A fragile bipartisan infrastructure deal appeared to be moving forward once again on Sunday, as moderate Republicans said they had been reassured that President Biden would not hold it hostage while Democrats simultaneously work on a larger, partisan economic package.
After 48 hours of chaos, the statements by leading Republicans prompted a sigh of relief for the White House, where Mr. Biden and top aides had worked through the weekend to keep the eight-year, $1.2 trillion investment to rebuild the nation’s infrastructure from falling apart. Republican negotiators even suggested that they could now begin drafting the bill and said they believed it would win enough Republican votes to pass the Senate next month.
“The waters have been calmed,” said Senator Mitt Romney, Republican of Utah.
Still, the whole episode underscored just how precarious a path the president and his allies face in the months ahead, as they try to steer the two separate and costly spending plans into law. They have laid out a complex strategy in which the success of each bill hinges on the other and the balancing of priorities between not only Republicans and Democrats, but within the Democratic Party itself.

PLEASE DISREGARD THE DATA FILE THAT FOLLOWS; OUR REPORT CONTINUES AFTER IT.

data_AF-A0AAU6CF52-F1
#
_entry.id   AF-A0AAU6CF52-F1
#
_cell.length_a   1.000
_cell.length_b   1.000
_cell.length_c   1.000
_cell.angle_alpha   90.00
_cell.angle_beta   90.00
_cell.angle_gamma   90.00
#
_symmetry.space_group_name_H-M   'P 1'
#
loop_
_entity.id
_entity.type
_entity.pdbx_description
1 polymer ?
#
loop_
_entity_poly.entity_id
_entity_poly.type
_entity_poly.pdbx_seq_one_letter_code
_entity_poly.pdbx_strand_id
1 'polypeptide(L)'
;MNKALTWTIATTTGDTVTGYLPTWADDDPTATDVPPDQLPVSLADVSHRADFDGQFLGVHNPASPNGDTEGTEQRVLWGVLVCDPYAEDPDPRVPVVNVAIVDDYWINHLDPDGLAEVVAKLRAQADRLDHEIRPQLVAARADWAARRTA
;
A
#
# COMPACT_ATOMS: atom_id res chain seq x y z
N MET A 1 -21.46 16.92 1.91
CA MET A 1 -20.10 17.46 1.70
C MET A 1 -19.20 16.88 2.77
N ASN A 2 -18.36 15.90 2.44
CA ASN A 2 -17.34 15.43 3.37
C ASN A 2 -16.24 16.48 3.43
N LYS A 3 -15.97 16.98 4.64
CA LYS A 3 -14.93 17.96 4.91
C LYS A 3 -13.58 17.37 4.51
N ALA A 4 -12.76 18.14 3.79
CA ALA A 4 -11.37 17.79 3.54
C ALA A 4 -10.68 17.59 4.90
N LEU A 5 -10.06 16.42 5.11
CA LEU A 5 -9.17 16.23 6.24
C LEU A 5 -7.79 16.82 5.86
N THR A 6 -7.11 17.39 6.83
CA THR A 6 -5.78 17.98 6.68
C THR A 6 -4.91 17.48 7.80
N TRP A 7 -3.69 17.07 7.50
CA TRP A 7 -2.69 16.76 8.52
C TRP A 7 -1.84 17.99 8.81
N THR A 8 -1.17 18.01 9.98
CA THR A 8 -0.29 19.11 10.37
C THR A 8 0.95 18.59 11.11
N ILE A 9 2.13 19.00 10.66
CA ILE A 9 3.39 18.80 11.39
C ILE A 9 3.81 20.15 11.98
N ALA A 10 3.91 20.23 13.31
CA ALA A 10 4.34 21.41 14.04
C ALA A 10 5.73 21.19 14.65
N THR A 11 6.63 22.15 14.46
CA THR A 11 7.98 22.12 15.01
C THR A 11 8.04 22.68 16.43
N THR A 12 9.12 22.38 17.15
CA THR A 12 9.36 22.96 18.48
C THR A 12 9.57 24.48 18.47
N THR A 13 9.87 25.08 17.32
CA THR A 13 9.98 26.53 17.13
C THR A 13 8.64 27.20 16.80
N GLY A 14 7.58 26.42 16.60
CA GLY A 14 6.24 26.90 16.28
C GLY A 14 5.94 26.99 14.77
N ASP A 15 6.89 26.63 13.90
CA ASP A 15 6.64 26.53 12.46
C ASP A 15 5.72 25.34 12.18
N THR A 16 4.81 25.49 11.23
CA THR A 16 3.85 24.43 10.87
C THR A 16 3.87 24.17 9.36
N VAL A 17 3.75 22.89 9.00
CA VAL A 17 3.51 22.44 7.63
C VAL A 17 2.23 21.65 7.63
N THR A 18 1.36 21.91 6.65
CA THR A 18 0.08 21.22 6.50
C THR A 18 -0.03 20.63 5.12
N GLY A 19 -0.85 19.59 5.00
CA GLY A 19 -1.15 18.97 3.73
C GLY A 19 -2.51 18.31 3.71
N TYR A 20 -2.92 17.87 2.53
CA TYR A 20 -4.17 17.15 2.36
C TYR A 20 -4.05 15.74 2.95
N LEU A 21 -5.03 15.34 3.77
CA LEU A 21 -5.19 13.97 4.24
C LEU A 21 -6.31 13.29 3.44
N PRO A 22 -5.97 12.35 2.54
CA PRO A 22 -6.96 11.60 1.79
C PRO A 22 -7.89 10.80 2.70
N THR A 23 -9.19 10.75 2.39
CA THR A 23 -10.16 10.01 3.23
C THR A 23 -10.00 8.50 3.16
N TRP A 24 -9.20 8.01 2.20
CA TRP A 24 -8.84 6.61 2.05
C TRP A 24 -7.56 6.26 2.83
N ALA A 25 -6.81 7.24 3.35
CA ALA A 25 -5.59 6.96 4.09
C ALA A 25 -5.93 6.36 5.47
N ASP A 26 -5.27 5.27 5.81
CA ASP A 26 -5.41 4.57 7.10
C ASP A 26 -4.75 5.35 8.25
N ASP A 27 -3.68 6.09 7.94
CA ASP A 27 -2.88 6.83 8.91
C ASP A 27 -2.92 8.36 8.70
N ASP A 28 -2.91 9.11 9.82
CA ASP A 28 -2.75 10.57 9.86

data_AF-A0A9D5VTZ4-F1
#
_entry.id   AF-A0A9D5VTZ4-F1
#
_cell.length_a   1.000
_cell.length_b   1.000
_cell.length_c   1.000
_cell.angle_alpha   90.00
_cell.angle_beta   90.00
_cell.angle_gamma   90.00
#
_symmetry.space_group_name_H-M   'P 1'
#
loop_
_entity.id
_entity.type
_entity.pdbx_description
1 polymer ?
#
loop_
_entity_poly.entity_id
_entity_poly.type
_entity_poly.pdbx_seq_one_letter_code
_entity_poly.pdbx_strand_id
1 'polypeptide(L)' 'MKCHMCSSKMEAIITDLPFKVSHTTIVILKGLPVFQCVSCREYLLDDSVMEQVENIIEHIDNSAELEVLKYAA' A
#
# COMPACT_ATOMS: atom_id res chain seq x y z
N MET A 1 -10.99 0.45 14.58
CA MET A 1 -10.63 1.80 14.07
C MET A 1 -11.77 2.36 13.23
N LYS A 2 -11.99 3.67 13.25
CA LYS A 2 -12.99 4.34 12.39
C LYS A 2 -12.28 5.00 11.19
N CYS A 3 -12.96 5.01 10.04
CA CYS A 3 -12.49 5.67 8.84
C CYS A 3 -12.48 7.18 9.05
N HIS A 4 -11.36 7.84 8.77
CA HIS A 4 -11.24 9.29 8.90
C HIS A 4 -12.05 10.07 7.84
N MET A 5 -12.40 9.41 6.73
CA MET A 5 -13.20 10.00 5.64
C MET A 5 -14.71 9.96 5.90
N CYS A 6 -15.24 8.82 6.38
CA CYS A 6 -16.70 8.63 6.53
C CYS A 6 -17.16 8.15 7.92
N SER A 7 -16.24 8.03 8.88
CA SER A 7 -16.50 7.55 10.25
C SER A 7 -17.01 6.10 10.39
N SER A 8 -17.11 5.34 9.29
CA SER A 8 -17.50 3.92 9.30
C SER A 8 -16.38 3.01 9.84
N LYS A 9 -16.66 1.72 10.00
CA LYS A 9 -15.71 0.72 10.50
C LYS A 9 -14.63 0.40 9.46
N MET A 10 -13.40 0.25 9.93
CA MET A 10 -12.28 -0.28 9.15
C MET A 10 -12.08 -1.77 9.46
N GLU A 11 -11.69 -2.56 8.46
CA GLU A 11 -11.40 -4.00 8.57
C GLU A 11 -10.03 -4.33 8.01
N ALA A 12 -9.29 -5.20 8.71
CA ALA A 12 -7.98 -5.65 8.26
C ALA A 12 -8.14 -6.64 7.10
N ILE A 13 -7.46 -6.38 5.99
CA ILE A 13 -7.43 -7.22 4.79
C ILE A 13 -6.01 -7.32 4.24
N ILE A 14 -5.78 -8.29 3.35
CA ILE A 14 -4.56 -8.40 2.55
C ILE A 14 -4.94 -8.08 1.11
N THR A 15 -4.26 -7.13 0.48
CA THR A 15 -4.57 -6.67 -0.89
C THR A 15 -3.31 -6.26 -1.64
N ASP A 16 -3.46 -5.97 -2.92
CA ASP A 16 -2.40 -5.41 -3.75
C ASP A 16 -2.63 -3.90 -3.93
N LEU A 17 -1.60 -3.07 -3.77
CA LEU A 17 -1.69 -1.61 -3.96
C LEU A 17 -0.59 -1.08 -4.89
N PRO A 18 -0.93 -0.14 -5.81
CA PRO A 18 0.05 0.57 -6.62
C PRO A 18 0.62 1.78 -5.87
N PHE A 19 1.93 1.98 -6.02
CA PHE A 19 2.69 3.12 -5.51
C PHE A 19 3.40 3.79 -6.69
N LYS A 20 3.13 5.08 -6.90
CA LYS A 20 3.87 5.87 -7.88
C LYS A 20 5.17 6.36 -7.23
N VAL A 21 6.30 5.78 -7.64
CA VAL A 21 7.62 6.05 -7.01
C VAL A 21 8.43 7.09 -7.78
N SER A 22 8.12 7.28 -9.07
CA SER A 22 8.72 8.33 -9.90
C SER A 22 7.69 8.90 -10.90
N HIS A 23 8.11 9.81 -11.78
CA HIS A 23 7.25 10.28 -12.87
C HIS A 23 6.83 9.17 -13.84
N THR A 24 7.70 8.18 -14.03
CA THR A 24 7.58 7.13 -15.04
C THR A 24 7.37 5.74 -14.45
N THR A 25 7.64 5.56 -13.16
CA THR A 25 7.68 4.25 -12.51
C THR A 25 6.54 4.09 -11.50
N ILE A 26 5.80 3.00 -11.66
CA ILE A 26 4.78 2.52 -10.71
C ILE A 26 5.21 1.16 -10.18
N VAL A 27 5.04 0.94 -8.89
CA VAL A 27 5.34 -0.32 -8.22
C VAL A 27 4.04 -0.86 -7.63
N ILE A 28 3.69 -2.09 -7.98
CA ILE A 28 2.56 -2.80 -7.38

The immediate cause for Republican concern came on Thursday, just hours after the president and lawmakers from both parties unveiled with great fanfare their plan to invest in crumbling roads, bridges, high-speed internet and green projects. Speaking with reporters later that day, Mr. Biden said he would not sign the bipartisan deal without Congress passing a much more expensive set of tax cuts and spending programs that conservatives loathe.